If you however have to make a decision on one of these birds and somehow can't state them as Acanthis sp. I would personally go for the more conservative and safer decision - in this case the more frequent occurring flammea. If you just want to add an Arctic Redpoll to your personal list I would go safely too and only tick birds which are undoubtedly Arctic. In my opinion nothing is more unsatisfying than adding one of these "probable" Arctics to my list (which I wouldn't).
 

Michał Jaro

Well-known member
Many thanks for your opinions. It is not my intention to forcing arctic redpolls ;). I just wonna to learn something and know when it's certain arctic. I understand that 1-4 birds are not clearly visible. But 5 ? Bill - very very thin in my eyes. I thought that such a bill almost disclaims flamea. And there's second feature - white rump. What is wrong? Side streaks- does't exclude arctic .. or exclude? Bird is fluffy - like arctic ? I am asking you for a few more explanations.
I watched abotu 100 birds, and many of them had quite white rump. A few -very wide white rump. I add a photo.
 

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dantheman

Bah humbug
Woud they have had pure white rumps in the field? In the photos they don't appear to be pure white to me - with any darker markings present being blurred by the low light/motion. Crystal-clear pics would probaby be required to tell if they really were pure white ... ???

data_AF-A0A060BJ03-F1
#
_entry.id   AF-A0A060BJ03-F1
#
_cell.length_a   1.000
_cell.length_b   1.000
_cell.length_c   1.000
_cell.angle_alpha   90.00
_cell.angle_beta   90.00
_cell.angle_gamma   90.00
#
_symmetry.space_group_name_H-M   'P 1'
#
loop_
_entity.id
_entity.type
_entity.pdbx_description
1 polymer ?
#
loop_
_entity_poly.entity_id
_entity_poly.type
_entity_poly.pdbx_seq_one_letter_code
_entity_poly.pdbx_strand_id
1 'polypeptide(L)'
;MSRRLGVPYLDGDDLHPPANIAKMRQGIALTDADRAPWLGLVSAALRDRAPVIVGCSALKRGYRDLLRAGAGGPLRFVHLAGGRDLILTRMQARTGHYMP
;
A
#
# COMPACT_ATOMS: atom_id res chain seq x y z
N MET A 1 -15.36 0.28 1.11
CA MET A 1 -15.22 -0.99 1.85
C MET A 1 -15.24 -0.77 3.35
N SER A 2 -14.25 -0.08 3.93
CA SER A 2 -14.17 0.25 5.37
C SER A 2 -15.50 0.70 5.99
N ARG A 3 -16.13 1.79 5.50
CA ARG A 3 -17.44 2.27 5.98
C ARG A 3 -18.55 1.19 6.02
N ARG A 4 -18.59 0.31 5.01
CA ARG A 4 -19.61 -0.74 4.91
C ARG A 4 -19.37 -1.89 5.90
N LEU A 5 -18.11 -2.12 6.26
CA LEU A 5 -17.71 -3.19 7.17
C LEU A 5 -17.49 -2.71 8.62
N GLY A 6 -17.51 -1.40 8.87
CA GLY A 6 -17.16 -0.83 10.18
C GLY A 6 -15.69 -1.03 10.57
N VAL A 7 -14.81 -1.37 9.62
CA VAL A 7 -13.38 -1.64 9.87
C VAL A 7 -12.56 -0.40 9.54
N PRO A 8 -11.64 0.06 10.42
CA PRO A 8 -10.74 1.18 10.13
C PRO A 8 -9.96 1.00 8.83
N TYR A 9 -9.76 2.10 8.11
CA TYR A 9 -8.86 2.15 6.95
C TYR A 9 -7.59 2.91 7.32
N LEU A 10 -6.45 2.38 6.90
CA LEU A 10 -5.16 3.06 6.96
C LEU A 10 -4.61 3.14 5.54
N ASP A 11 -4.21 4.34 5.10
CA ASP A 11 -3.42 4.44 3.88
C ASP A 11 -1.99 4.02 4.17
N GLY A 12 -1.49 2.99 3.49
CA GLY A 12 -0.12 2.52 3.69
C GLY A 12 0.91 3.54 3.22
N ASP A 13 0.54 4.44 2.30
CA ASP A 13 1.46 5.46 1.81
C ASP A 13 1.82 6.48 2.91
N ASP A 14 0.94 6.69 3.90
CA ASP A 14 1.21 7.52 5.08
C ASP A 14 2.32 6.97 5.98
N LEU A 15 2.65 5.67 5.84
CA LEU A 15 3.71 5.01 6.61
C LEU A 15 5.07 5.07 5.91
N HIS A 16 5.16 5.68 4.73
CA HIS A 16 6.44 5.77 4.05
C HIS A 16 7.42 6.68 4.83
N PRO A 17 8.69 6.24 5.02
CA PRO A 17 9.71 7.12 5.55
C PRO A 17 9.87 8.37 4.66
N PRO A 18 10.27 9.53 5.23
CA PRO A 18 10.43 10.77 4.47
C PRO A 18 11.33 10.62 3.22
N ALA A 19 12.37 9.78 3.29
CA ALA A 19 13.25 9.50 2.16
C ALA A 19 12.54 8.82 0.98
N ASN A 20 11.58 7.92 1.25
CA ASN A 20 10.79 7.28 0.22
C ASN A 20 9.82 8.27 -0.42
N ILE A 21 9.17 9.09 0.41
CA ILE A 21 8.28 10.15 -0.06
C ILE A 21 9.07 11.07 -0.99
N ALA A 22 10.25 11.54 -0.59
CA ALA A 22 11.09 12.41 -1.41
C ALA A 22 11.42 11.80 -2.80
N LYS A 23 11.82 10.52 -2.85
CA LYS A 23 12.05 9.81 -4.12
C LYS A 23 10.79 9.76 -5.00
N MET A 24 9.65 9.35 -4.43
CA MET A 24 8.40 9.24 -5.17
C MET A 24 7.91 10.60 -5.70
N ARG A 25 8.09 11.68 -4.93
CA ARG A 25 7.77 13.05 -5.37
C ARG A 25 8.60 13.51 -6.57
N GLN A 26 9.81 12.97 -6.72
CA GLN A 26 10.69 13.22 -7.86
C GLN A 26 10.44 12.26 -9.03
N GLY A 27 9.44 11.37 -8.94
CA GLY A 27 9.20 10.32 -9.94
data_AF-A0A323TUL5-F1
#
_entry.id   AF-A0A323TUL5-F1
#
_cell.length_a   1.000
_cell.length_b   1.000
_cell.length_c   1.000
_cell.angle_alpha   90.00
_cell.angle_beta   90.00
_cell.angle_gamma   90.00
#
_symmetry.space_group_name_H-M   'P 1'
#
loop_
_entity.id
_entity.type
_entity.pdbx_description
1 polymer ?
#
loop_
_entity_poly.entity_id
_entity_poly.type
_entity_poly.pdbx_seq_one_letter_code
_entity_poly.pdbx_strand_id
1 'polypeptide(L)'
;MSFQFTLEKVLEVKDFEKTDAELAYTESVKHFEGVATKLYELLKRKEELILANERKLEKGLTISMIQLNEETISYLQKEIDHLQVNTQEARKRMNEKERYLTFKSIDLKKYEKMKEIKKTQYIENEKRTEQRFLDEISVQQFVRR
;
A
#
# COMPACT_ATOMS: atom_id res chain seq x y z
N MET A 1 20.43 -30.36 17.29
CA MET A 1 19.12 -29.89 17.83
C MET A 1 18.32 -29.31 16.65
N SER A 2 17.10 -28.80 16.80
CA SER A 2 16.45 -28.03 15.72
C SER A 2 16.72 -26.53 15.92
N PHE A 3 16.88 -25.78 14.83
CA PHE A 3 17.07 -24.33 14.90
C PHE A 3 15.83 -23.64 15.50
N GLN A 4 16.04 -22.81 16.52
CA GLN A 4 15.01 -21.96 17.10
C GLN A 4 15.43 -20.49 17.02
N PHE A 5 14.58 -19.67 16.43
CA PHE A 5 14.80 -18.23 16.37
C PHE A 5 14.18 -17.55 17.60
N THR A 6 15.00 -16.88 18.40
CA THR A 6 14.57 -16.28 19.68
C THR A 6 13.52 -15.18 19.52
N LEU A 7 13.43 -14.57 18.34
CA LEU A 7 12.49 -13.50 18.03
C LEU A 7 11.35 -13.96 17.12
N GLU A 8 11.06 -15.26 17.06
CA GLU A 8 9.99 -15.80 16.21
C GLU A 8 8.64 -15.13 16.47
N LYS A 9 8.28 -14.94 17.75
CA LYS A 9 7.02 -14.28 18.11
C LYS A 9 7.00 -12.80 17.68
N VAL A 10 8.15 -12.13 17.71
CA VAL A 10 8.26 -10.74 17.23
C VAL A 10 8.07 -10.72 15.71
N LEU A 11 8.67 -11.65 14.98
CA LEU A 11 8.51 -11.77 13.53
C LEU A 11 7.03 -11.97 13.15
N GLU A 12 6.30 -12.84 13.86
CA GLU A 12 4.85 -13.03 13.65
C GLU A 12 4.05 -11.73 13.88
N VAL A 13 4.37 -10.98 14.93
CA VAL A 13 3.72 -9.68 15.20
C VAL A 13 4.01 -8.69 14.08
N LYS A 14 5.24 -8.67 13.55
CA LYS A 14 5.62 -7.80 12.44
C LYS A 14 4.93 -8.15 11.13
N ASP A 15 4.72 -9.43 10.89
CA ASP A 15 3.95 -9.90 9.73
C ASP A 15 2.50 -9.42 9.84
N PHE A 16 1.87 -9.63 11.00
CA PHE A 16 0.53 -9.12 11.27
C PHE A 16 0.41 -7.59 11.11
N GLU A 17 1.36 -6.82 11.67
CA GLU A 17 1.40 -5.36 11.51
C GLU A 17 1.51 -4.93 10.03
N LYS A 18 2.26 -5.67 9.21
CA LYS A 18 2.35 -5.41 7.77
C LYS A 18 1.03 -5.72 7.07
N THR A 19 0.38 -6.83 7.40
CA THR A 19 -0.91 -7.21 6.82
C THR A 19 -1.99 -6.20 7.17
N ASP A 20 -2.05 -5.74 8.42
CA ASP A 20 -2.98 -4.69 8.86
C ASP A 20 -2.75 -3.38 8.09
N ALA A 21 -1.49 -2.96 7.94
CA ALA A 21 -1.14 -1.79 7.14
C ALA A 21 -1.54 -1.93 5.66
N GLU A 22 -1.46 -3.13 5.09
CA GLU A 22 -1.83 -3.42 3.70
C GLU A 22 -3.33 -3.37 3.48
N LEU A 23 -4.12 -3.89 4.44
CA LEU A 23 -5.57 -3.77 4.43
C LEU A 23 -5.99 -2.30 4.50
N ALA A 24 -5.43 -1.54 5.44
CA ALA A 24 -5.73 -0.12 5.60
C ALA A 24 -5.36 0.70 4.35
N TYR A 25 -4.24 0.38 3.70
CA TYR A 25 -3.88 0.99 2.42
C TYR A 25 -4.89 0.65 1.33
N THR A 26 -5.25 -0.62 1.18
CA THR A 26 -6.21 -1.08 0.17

Michał Jaro

Well-known member
This is probably my best photo - one of these birds.
 

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KenM

Well-known member
Some amazing images there Michael!! The majority of which show white rumps to a greater, or lesser, extent.
I'd have thought it unlikely (right or wrong) for such a high incidence of A.flammea sporting white rumps, also where the heads are turned, they often appear to show contrastingly pale heads, therefore I might tentatively suggest, that there is an exilipes contingent within that flock.

Cheers
 

CARERY

Well-known member
Hi Michal,

remarkable pictures of the flying flock! Illustrates well how many birds are involved that are borderline or indeed Arctic. Today just for fun I was checking trektellen.nl for observations of Arctic Redpolls and was more than surprised that at Ventes Ragas (Lithuania) alone there have been more than 100 Arctic Redpolls ringed this autumn (http://trektellen.nl/species/records/0/0/413/0/2017?g=&l=&k=). Question is how strict they have been in IDing them? It is without doubt a large influx of these pale birds with a good chance of finding a 100% Arctic. So far, the best candiate for me in your first set of pics is #1 due to general frosty colouration and light-pinkish brest and rump (adult male). But no UTC visible so not safe I guess... #5 to me looks too dark-backed despite the nicely short bill.

Anyway, how these borderline birds will be treated in avifaunistic reports I'm afraid will be up to the respective rarity committee members.
 

Michał Jaro

Well-known member
Really funny ! and very intersting too.
After reading I think 'my' birds are not so far from arctic.
One thing i can say about that flock. My impression was that suspiciously bright birds stayed together (small groups).
Thanks a lot for all your help with this not-easy birds
Good lesson for future, because it's not over with redpolls. ;)
greetings